If techies think Microsoft's new Surface tablet is just an iPad knock off, wait until they see North Korea's. Believe it or not, the repressive Hermit Kingdom released a new tablet computer this week called "Arirang" after a famous Korean folk hymn. But while North Korean state television anchors are trumpeting it as a next-generation device developed and produced by the government's own Pyongyang Information Technology Bureau, the tablet appears to be a generic Chinese iPad clone.
The embarrassing revelation comes from NK News' Tad Farrell who compared a series of images of the "Arirang" device with a low-cost Chinese tablet built in Shenzhen. The images appeared on state television in reports that championed the device as “contributing to the country’s science technology distribution, culture, and education projects.” Above are screenshots from the broadcast, which showed locals testing out the new-fangled device.
Unfortunately, a side-by-side comparison of the Arirang and the Shenzhen-produced clone show remarkably similar design characteristics, including identical placement of the home button and control area. As Farrell reports, the likely result is that Pyongyang entered into a fairly typical contract with the Shenzhen manufacturer. "[With] bulk customers custom device branding, packaging and even core software installs, Chinese manufactures offer a cost-effective solution for anyone seeking to release their own branded tablet device," writes Farrell. Woops!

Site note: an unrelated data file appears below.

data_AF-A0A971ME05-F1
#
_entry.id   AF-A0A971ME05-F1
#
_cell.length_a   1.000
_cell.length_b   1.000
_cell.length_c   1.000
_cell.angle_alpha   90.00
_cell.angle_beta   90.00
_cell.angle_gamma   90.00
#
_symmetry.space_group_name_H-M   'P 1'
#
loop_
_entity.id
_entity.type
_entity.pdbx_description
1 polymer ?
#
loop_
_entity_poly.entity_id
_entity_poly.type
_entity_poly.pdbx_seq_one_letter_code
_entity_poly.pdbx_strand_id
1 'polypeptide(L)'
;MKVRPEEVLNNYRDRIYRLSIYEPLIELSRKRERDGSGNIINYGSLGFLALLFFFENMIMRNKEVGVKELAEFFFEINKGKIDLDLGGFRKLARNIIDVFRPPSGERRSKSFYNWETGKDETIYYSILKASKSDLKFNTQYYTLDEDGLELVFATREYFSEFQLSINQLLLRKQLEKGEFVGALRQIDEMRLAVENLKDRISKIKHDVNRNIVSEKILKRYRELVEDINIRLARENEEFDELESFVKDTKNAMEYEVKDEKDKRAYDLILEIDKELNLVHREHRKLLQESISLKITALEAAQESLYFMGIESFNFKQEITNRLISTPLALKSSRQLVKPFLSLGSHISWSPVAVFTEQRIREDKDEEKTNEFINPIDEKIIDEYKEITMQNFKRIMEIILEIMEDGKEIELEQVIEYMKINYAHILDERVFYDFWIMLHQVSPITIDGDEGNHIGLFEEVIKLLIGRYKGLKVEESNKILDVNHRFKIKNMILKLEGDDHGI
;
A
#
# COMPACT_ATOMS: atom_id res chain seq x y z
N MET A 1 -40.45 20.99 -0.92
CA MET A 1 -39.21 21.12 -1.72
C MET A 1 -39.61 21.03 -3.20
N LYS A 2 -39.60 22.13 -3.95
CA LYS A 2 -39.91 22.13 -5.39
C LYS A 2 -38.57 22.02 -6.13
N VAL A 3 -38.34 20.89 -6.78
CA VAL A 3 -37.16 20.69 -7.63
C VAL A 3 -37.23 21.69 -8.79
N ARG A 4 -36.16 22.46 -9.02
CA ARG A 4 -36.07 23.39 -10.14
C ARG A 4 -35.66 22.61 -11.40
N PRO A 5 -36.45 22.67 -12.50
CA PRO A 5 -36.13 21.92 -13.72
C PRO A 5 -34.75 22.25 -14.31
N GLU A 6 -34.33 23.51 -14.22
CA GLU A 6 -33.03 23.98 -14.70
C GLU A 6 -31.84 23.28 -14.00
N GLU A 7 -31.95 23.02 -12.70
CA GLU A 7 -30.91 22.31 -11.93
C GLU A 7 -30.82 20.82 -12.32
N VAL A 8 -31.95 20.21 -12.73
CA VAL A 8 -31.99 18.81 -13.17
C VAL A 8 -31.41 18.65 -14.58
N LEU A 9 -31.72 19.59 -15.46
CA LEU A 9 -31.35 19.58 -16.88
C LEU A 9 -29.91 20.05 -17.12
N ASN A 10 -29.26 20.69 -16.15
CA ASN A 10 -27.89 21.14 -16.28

OK, so the country's vaunted industrial design prowess may be over-stated, but maybe the country deserves props for its operating system? Apparently not. According to the North Korea Tech blog, North Korean tablets showing up at Pyongyang trade shows have been running on Google's open source Android operating system, which is likely what the Arirang is running on. One positive thing we can say about the tablet? It's very affordable! According to Farrell, the Arirang's Chinese equivalent sells for between $40 and $120 a tablet. Take that, Apple.
This article is from the archive of our partner The Wire.
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